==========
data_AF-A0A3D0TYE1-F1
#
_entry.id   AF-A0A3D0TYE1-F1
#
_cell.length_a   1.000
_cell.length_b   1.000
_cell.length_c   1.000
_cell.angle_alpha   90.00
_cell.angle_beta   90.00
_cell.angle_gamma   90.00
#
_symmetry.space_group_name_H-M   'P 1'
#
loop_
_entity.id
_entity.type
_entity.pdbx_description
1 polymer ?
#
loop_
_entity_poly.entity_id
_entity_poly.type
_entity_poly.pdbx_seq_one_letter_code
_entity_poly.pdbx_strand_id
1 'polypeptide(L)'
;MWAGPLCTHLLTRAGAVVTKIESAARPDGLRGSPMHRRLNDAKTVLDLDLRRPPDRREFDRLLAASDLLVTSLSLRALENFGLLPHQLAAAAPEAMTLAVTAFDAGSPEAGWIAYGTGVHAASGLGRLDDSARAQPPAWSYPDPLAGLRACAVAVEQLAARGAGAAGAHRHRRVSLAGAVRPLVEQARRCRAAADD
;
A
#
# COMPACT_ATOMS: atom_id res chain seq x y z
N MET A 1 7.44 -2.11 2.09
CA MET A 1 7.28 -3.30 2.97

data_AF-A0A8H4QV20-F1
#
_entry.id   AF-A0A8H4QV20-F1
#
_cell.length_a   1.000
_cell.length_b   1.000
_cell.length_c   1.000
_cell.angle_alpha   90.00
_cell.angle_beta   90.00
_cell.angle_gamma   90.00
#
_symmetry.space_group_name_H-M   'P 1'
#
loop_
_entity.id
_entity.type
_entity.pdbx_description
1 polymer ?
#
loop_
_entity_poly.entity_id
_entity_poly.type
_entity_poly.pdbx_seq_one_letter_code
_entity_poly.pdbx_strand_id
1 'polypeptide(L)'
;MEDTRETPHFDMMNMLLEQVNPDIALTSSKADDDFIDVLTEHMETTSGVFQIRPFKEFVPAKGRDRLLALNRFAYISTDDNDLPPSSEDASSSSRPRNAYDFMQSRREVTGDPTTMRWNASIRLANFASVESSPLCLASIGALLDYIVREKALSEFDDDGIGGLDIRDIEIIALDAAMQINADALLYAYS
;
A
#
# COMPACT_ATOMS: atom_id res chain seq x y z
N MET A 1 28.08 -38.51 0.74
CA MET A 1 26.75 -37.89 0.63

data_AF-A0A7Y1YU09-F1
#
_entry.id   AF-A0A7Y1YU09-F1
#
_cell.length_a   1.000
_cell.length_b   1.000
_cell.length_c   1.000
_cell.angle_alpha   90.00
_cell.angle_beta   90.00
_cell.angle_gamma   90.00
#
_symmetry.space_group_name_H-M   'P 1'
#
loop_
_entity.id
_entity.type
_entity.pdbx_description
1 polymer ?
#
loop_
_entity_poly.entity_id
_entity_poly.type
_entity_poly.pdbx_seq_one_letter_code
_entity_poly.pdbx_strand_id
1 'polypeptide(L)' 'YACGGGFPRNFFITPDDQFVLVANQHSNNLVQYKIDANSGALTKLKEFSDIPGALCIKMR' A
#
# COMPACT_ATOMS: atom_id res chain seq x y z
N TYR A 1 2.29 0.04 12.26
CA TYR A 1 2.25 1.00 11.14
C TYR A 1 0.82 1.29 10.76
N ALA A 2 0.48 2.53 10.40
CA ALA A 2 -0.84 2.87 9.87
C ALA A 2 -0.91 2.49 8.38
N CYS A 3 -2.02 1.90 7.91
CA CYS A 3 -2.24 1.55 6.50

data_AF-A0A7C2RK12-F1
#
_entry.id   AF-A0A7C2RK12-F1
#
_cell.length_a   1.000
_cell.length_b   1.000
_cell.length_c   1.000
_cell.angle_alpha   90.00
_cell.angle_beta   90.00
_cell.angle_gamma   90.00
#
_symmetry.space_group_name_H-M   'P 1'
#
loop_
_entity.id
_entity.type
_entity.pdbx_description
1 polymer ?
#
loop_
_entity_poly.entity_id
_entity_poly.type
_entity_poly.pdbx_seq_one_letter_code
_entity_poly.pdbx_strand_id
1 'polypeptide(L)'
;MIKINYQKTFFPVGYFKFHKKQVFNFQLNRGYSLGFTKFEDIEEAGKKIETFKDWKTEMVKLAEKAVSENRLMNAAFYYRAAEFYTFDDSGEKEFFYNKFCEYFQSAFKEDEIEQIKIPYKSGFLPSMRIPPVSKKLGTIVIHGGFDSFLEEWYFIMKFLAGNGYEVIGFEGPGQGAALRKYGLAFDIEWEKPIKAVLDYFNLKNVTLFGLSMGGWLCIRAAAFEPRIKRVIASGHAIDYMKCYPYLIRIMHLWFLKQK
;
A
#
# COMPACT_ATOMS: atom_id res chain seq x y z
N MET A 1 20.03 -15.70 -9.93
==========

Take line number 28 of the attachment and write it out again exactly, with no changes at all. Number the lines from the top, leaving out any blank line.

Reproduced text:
A